April 20, 2008

Scandinavian export

Some of my interests include history and linguistics, and since I was a child I was fascinated by the viking era and its influence on the western world. They were often descibed as villains, but they were also farmers, skilled craftsmen building beautiful longboats, navigators and explorers.

As a kid I used to search the Atlas for Norwegian words in other countries placenames, and found quite a few on the British Isles. The other day I read a text in the Norwegian book "Typisk norsk", ed. by Petter Schjerven, showing the influence the norsemen had on the English tongue. Here it is, remarkable isn't it?

You cannot hit (hitta) or scare (skirra) anyone, or scream (skræma), scowl (skúla) or die (deyda) without using Scandinavian verbs, nor can a fellow (félagi) or a husband (húsbòndi) look in anger (angr) through the window (vindauga) at the sky without using Scandinavian nouns. You cannot do without essential pronouns like they (þeir), their (þeira) and them (þeim), not to speak of both (báðir) and the same (sami), nor can any Englishman do without a descriptive inventory of adjectives which includes not only odd (oddi), ugly (uggligr), ill (illr), wrong (vrangr) and scant (skamt), but also happy (heppin), meek (mjúkr) and low (lágr).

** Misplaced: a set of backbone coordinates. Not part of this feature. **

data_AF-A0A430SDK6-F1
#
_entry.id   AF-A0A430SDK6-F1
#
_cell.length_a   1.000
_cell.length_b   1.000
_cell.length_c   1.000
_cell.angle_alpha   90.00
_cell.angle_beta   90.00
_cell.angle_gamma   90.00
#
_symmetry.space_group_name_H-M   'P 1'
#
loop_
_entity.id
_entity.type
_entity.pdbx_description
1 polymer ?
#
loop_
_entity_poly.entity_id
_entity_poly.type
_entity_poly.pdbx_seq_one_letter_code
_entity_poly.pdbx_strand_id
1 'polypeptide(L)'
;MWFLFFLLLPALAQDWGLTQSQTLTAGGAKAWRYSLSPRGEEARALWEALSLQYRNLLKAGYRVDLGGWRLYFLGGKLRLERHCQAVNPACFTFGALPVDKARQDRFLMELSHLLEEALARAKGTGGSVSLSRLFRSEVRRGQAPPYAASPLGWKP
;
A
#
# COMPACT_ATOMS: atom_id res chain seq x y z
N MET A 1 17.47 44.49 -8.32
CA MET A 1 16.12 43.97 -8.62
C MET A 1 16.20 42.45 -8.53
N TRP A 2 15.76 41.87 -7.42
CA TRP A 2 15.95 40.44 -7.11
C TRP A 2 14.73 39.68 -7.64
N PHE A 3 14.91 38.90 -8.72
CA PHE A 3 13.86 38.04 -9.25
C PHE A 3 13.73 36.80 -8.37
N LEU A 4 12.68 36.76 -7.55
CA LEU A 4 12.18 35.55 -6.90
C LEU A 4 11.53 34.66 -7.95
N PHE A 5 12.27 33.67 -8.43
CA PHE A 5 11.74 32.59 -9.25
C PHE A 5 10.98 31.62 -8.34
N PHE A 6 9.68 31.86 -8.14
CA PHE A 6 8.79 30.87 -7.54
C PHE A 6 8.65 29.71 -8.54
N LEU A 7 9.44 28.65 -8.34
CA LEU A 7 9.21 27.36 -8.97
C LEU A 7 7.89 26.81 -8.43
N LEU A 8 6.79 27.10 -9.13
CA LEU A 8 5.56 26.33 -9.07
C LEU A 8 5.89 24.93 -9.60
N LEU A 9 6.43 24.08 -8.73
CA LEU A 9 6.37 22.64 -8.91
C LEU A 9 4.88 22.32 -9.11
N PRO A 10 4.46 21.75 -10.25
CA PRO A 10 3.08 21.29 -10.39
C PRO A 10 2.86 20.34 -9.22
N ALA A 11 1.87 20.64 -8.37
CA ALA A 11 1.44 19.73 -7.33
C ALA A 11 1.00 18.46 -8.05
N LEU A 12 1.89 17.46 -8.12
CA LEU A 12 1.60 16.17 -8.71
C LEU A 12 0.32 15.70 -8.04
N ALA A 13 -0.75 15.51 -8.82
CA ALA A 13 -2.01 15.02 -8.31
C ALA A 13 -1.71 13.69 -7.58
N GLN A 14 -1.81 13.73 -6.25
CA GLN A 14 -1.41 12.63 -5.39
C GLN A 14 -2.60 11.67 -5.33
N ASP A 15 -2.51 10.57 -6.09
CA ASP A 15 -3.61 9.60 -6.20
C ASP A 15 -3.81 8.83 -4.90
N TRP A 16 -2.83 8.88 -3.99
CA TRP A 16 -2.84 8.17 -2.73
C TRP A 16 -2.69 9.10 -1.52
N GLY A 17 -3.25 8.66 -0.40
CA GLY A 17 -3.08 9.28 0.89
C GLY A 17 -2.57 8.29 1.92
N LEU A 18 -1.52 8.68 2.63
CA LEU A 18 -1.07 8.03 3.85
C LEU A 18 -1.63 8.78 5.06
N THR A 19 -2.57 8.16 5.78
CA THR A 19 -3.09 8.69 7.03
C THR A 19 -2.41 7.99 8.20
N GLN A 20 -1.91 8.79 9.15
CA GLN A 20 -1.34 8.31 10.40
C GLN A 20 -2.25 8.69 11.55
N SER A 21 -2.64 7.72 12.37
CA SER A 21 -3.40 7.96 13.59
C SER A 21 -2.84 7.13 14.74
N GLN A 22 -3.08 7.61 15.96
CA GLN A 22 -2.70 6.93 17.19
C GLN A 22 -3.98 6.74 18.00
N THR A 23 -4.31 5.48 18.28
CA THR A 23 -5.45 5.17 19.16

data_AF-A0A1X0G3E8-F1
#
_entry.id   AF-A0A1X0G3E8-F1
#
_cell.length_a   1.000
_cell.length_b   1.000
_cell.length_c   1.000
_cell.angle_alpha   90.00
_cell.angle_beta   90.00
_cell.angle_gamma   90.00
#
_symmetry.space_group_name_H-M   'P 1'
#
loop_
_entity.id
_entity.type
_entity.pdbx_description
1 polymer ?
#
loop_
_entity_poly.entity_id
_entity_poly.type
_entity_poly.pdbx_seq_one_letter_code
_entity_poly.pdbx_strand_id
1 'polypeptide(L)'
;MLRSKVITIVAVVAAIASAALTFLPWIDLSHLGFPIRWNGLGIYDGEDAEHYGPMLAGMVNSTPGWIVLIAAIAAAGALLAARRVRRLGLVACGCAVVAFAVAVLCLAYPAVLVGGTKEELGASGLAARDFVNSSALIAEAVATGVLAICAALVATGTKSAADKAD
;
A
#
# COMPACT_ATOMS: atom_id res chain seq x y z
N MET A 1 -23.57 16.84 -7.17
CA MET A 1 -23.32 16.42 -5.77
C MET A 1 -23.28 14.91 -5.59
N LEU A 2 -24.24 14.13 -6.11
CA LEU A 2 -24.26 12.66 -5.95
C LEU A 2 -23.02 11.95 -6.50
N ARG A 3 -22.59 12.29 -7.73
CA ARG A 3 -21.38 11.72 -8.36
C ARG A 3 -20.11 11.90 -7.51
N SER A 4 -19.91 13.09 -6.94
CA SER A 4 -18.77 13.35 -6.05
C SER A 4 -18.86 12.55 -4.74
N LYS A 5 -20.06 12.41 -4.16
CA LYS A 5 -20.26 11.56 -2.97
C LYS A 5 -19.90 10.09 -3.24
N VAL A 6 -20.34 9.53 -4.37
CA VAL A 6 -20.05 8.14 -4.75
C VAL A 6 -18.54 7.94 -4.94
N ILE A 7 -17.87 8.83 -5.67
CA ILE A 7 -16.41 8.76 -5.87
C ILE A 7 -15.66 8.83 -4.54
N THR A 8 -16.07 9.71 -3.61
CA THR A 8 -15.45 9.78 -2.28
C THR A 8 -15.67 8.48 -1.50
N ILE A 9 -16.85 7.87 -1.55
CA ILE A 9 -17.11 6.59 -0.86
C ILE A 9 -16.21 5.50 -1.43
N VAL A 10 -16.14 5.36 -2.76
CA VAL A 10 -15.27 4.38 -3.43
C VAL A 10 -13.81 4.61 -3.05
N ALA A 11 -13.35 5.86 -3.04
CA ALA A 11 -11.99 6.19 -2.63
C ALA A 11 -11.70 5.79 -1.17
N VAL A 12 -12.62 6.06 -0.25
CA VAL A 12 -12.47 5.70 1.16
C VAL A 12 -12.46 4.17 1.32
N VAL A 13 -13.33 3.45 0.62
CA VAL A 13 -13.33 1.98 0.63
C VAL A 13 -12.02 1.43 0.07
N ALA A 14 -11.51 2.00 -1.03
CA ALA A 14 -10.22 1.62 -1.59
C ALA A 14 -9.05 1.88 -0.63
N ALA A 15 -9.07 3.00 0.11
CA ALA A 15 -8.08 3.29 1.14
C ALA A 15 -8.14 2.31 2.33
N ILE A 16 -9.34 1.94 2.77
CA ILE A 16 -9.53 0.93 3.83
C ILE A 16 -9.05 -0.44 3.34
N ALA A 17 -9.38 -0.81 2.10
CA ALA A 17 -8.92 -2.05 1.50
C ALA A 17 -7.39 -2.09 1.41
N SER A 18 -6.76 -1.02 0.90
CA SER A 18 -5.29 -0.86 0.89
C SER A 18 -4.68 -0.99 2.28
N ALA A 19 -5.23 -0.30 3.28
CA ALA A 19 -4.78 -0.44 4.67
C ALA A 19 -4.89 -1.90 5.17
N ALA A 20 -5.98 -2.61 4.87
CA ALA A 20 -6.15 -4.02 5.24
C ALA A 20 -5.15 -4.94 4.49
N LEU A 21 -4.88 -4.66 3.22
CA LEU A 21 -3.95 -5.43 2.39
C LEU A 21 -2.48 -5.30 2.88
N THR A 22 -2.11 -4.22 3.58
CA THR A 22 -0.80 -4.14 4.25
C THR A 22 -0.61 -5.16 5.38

Talking about vikings, you know the helms with horns on them, they had nothing to do with vikings! They have found more than 10000 items of weapons (swords, axes, shields), and more than this of clothing from the viking era in Scandinavia. They have found one - 1 - helmet, and this one didn't have horns on it. So most vikings probably didn't use helmets at all, and if they wore any helmets they were probably made of leather.

They have found a tapestry where the rider in front of a procession wore a helmet with someting looking like horns, and they have found small figurines with horn helmets. These probably represent the Gods - meaning; the Gods used helmets like these, but never man. It would probably be too inconvenient using helmets in the man-to-man swordfights they used to have.

The horn helmet myth started most likely back in 1876, at the opera! The Richard Wagner grand opera Nibelungringen needed a big scale sceneography, and the operasingers were equipped with horn helmets. So when people try to look like vikings today, they dress up like operasingers!! ;)